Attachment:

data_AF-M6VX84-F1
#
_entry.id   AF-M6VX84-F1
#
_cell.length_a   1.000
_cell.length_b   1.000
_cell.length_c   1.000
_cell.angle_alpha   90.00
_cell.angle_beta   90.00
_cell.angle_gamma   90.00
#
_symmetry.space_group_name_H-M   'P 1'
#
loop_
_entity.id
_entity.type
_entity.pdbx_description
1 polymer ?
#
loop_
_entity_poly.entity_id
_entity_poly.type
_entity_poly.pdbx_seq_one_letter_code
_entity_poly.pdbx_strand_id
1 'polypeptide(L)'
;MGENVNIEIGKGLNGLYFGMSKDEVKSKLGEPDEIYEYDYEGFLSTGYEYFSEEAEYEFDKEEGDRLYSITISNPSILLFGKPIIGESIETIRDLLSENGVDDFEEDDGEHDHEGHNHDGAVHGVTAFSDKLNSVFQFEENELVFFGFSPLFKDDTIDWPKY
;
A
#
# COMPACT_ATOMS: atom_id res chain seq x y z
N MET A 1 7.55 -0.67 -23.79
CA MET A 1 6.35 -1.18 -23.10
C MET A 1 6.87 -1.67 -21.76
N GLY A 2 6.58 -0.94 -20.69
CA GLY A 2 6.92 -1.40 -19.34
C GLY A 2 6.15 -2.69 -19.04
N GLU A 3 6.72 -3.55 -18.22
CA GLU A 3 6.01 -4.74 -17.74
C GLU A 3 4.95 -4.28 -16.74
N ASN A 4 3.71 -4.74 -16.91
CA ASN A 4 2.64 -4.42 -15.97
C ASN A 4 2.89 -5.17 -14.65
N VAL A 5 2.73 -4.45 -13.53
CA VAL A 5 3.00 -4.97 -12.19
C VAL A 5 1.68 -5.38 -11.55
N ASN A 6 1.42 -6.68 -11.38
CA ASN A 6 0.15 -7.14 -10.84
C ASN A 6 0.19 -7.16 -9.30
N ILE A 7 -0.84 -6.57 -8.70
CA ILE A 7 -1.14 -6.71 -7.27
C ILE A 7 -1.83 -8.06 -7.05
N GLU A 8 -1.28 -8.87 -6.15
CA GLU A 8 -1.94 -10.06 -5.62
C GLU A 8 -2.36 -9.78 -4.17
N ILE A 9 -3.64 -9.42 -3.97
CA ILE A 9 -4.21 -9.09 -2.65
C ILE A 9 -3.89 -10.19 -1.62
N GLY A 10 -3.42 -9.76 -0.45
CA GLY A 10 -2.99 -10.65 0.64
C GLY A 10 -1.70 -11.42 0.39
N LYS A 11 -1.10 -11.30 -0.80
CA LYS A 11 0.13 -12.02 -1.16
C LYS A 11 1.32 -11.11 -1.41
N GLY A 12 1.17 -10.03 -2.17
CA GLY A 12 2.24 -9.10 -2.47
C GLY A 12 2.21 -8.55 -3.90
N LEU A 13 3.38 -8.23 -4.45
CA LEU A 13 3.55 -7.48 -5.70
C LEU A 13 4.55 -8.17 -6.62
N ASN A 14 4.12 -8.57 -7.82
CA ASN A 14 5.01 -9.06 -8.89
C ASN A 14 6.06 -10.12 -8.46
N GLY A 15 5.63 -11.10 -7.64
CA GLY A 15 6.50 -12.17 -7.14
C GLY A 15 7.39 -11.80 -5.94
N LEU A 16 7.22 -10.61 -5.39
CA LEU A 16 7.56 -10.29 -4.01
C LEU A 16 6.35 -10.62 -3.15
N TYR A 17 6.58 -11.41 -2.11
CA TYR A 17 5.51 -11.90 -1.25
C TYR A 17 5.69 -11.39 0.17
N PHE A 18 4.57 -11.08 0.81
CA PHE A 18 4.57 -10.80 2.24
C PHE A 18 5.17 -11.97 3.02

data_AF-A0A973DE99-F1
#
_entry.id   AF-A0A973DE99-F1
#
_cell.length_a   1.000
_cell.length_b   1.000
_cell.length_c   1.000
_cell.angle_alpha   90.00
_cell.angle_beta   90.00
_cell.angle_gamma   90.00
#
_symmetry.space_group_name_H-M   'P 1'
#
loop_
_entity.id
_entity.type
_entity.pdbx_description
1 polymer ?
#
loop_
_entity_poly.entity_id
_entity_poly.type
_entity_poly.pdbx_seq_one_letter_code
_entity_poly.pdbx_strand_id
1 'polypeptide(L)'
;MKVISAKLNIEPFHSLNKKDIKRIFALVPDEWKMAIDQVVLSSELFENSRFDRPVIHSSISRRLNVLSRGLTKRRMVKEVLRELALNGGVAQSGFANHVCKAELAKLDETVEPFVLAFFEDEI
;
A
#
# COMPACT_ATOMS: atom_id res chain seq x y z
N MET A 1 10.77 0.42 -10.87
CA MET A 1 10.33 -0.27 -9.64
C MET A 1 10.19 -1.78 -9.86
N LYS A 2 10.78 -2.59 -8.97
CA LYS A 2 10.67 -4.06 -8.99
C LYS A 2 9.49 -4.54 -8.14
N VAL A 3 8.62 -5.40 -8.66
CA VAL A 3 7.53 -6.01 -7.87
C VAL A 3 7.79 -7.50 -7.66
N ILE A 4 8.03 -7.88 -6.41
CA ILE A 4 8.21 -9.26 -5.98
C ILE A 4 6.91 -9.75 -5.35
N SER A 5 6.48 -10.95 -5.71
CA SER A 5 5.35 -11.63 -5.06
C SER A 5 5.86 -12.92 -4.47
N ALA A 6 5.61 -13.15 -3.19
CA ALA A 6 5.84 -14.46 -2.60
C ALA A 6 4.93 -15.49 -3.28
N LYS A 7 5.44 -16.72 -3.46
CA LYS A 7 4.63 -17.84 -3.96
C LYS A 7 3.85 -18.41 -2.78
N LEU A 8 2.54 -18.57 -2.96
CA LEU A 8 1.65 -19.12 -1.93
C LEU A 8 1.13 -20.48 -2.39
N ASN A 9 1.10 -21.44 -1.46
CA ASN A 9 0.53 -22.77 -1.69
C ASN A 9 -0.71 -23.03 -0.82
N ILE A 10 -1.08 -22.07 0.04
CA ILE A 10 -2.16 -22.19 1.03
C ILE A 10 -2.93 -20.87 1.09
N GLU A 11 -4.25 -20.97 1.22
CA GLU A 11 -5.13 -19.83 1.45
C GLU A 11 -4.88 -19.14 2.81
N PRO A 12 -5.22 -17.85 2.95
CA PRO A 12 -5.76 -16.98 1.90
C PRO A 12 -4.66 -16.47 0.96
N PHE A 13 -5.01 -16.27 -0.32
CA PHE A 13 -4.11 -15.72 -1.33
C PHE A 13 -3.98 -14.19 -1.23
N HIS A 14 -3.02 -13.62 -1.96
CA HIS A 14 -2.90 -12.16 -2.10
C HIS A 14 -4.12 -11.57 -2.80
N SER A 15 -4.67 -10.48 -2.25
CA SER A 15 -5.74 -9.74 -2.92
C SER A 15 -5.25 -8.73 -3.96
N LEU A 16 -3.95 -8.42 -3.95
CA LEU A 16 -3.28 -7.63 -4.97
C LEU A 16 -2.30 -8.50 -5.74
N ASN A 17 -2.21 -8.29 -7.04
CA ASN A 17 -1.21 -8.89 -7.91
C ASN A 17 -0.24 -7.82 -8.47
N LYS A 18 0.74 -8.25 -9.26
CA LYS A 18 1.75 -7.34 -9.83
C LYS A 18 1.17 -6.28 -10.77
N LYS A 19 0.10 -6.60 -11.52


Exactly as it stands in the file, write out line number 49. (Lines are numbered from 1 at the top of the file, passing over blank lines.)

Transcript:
N ILE A 7 -0.84 -6.57 -8.70